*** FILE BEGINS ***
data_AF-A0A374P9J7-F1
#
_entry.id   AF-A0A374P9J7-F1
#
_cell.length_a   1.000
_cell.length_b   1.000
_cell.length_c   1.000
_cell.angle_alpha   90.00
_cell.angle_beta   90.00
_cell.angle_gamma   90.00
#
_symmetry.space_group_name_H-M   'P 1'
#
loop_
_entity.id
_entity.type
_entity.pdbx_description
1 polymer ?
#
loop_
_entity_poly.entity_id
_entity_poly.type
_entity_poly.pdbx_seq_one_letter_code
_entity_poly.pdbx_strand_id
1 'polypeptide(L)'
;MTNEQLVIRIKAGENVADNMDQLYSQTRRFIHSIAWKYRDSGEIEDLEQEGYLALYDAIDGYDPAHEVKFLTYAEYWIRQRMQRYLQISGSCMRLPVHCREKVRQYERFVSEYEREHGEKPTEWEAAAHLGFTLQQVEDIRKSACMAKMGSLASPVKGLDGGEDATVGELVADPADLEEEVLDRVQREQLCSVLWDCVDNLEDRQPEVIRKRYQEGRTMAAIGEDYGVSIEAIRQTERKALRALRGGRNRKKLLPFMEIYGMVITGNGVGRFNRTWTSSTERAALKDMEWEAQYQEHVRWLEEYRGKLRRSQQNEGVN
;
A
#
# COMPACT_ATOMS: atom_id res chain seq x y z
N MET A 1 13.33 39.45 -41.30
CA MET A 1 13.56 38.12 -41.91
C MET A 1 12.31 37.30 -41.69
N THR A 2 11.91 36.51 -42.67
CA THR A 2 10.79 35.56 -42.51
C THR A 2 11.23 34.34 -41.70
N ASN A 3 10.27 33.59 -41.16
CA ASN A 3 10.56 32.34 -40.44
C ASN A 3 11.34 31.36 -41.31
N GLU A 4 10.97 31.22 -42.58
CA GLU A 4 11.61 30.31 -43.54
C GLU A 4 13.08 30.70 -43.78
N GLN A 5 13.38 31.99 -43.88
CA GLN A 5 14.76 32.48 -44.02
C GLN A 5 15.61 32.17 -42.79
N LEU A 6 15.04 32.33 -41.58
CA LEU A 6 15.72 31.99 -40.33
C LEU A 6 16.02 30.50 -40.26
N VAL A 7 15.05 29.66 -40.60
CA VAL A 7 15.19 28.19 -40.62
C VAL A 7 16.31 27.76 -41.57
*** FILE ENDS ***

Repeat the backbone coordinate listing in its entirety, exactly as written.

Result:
data_AF-A0A374P9J7-F1
#
_entry.id   AF-A0A374P9J7-F1
#
_cell.length_a   1.000
_cell.length_b   1.000
_cell.length_c   1.000
_cell.angle_alpha   90.00
_cell.angle_beta   90.00
_cell.angle_gamma   90.00
#
_symmetry.space_group_name_H-M   'P 1'
#
loop_
_entity.id
_entity.type
_entity.pdbx_description
1 polymer ?
#
loop_
_entity_poly.entity_id
_entity_poly.type
_entity_poly.pdbx_seq_one_letter_code
_entity_poly.pdbx_strand_id
1 'polypeptide(L)'
;MTNEQLVIRIKAGENVADNMDQLYSQTRRFIHSIAWKYRDSGEIEDLEQEGYLALYDAIDGYDPAHEVKFLTYAEYWIRQRMQRYLQISGSCMRLPVHCREKVRQYERFVSEYEREHGEKPTEWEAAAHLGFTLQQVEDIRKSACMAKMGSLASPVKGLDGGEDATVGELVADPADLEEEVLDRVQREQLCSVLWDCVDNLEDRQPEVIRKRYQEGRTMAAIGEDYGVSIEAIRQTERKALRALRGGRNRKKLLPFMEIYGMVITGNGVGRFNRTWTSSTERAALKDMEWEAQYQEHVRWLEEYRGKLRRSQQNEGVN
;
A
#
# COMPACT_ATOMS: atom_id res chain seq x y z
N MET A 1 13.33 39.45 -41.30
CA MET A 1 13.56 38.12 -41.91
C MET A 1 12.31 37.30 -41.69
N THR A 2 11.91 36.51 -42.67
CA THR A 2 10.79 35.56 -42.51
C THR A 2 11.23 34.34 -41.70
N ASN A 3 10.27 33.59 -41.16
CA ASN A 3 10.56 32.34 -40.44
C ASN A 3 11.34 31.36 -41.31
N GLU A 4 10.97 31.22 -42.58
CA GLU A 4 11.61 30.31 -43.54
C GLU A 4 13.08 30.70 -43.78
N GLN A 5 13.38 31.99 -43.88
CA GLN A 5 14.76 32.48 -44.02
C GLN A 5 15.61 32.17 -42.79
N LEU A 6 15.04 32.33 -41.58
CA LEU A 6 15.72 31.99 -40.33
C LEU A 6 16.02 30.50 -40.26
N VAL A 7 15.05 29.66 -40.60
CA VAL A 7 15.19 28.19 -40.62
C VAL A 7 16.31 27.76 -41.57